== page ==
São Paulo, April 5: ‘If he sees a banana skin on the pavement across the road, he will cross over to slip on it’, said columnist Elio Gaspari, describing the Brazilian president’s unerring capacity to provoke self-inflicted crises. https://www.youtube.com/watch?v=1QHDGdzFyY8 Bolsonaro's call to commemorate the military coup. Video: Al Jazeera, 31 March 2019
A film by Gwen Burnyeat and Pablo Mejía Trujillo about the Peace Community of San José de Apartadó. Chocolate of Peace depicts the Peace Community of San José de Apartadó’s experiences of resistance, via a journey through their processes of organic chocolate production. From the seed to the product, the cacao is the narrative...
This post by Lisa Sullivan is from her own blog, Lisa's Venezuela. February 27, Palo Verde. As the Humanitarian Aid Battle revved its engines on Saturday morning on the Venezuela/Colombia border, our group of young conuqueros (farmers)was gathering for our weekly work day.
It is not only in the Amazon and remote rural areas that indigenous lands are coming under increased pressure as the new Bolsonaro government extends carte blanche to land-thieves and developers. As CIMI (the Conselho Indigenista Missionário - Indigenous Missionary Council) has denounced, indigenous residents of a Guarani community near Porto Alegre are being threatened by security guards hired...
Brazil’s 1988 constitution and other laws established the right of landless peasants to claim unused and underutilized lands. Thousands, with the support of the landless movement, occupied tracts. At times, they even succeeded in getting authorities to set up agrarian reform settlements. Big landowners always opposed giving large tracts of land to the landless but, until roads began...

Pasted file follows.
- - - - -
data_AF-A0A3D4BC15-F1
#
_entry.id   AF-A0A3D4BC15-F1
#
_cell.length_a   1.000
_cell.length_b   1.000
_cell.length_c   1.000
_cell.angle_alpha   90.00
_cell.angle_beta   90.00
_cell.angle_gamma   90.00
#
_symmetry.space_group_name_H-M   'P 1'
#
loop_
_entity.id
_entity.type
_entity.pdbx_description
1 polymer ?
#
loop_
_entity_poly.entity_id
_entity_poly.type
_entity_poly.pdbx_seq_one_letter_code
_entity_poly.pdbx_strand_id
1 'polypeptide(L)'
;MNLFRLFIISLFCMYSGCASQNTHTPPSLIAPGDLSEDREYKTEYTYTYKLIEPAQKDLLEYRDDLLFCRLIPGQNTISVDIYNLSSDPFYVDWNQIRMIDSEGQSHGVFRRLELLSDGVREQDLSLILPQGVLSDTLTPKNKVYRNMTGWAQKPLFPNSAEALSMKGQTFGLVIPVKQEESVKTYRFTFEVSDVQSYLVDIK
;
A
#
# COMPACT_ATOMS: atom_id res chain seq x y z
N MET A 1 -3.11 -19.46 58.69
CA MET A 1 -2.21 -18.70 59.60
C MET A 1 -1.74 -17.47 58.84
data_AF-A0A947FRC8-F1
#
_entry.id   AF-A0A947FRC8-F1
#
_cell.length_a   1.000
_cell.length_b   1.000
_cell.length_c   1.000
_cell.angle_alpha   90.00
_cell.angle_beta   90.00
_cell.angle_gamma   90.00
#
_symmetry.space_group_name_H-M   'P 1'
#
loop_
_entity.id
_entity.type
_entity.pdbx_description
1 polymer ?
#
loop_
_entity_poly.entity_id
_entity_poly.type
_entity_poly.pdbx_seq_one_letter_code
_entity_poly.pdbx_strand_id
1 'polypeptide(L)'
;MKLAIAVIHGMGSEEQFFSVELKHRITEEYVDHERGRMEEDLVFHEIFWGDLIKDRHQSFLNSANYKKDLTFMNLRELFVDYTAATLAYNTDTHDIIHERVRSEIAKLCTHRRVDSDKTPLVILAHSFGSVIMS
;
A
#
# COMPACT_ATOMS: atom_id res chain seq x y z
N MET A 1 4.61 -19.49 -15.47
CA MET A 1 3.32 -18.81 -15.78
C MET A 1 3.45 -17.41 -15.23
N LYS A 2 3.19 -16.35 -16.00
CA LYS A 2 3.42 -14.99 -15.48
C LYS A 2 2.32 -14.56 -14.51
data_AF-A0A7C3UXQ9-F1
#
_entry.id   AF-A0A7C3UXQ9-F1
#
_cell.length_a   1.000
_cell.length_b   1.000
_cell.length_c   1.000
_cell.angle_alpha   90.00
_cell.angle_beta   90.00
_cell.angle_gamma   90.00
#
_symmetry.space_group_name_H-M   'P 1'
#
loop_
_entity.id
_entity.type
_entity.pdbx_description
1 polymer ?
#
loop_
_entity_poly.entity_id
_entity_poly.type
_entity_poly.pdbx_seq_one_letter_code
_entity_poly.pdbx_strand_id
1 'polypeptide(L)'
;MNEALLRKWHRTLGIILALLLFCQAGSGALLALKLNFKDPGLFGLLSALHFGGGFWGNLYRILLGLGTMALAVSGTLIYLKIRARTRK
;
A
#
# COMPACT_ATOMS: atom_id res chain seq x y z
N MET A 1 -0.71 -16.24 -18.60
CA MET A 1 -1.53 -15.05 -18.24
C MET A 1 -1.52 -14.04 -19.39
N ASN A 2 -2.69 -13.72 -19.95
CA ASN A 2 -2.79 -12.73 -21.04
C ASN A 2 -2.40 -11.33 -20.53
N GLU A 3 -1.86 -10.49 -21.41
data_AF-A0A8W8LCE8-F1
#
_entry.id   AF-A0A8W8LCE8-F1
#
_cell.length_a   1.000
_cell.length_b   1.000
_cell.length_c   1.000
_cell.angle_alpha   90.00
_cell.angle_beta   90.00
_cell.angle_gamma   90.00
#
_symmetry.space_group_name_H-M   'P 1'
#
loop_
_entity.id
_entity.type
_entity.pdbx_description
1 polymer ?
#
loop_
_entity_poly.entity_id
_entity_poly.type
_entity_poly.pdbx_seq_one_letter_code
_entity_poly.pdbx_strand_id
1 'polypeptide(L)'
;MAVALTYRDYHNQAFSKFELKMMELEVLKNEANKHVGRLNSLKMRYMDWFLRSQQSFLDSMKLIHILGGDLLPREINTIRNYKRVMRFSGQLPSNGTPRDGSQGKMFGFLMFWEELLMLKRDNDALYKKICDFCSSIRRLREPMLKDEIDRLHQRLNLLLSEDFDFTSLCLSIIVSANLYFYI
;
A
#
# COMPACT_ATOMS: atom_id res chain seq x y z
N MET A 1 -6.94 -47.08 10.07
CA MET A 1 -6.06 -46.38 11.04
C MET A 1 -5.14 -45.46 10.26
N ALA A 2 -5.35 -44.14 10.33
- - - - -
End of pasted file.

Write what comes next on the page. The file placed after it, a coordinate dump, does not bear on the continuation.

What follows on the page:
President-elect Jair Bolsonaro has chosen Ricardo Salles as Brazil’s environment minister. The former São Paulo state government environment secretary is under investigation for allegedly redrawing maps allowing protected lands to be developed for mining and factories. His statements are heavily pro-agribusiness and sometimes espouse violence. The selection of ruralist Tereza Cristina as agriculture minister, and Ernesto Araújo as...
From 2016 to 2017, Mongabay contributors Sue Branford and Maurício Torres traveled to the Tapajós River Basin, in the heart of the Brazilian Amazon, to report on the controversial plan to turn the region into a major commodities export corridor. Branford and Torres wrote a 15-part investigative series (published in partnership with The Intercept Brazil) based on what...
By: Rodrigo Acuña. Source: LAB The recent death of the 24-year-old Mapuche activist and leader Camilo Catrillanca has sparked widespread condemnation and protests throughout Chile. On Wednesday November 14, a newly created special ‘anti-terrorist’ unit of Carabineros, the Chilean police, known as Comando Jungla entered the Mapuche traditional community of Temukuikui near the town of Ercilla...
The Tapajós River, a major tributary of the Amazon, is renowned for its extraordinary biodiversity and the vitality of its indigenous and riverine communities. But it is gradually being carved up by highways, hydroelectric dams and railways, built to allow agribusiness, the new powerhouse of the Brazilian economy, to export soya and other products though the Amazon River. Amazon Besieged...

Amazon Besieged

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As LAB prepares to launch its new and powerful book*, co-author Sue Branford issues a stark warning of the implications of a Bolsonaro government for the river-basin and the indigenous and riverine communities who live there. Land-grabbers are already taking the law into their own hands – after January 1 the law will become their own. Let us have no...

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